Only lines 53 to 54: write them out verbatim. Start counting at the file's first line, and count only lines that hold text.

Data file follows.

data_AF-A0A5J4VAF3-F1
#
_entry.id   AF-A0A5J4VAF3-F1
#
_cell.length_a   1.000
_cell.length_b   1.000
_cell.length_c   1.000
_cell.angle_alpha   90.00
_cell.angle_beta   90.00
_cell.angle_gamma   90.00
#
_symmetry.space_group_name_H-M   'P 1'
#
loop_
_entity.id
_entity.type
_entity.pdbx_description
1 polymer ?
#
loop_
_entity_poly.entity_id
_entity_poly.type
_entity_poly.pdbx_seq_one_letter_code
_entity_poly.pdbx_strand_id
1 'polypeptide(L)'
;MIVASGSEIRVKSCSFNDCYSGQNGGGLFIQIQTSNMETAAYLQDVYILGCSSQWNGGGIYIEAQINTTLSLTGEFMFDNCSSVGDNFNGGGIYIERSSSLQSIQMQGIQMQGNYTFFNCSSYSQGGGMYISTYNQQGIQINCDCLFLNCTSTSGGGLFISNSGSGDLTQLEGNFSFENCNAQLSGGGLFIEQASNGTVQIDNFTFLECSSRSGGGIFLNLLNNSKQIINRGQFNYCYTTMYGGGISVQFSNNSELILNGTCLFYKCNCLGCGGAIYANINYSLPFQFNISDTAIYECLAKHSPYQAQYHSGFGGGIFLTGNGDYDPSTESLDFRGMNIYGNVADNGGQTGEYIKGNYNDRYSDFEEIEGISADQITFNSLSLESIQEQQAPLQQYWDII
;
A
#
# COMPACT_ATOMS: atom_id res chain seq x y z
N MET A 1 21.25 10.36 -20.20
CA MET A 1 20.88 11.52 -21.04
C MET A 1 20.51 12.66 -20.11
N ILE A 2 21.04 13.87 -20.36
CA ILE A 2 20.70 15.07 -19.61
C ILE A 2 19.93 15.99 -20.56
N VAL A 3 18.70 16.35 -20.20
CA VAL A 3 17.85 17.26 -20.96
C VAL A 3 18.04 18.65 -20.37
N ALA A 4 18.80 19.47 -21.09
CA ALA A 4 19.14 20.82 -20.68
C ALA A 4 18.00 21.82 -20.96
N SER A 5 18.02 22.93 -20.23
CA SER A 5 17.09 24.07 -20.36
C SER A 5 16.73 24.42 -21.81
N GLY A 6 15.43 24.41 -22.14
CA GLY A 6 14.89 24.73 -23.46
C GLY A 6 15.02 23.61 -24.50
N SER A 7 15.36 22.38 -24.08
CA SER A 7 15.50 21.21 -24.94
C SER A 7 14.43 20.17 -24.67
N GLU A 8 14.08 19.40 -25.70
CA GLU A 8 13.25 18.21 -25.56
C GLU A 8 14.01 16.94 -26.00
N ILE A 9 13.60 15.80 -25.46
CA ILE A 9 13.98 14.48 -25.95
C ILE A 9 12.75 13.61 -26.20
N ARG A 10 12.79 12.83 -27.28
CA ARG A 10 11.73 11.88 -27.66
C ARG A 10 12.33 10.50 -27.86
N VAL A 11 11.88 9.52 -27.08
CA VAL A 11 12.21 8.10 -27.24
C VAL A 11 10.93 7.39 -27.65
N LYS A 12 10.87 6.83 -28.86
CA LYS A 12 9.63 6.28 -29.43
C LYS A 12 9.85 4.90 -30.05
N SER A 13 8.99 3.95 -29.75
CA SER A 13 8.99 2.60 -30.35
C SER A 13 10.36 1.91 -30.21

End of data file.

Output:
CA GLU A 8 13.25 18.21 -25.56
C GLU A 8 14.01 16.94 -26.00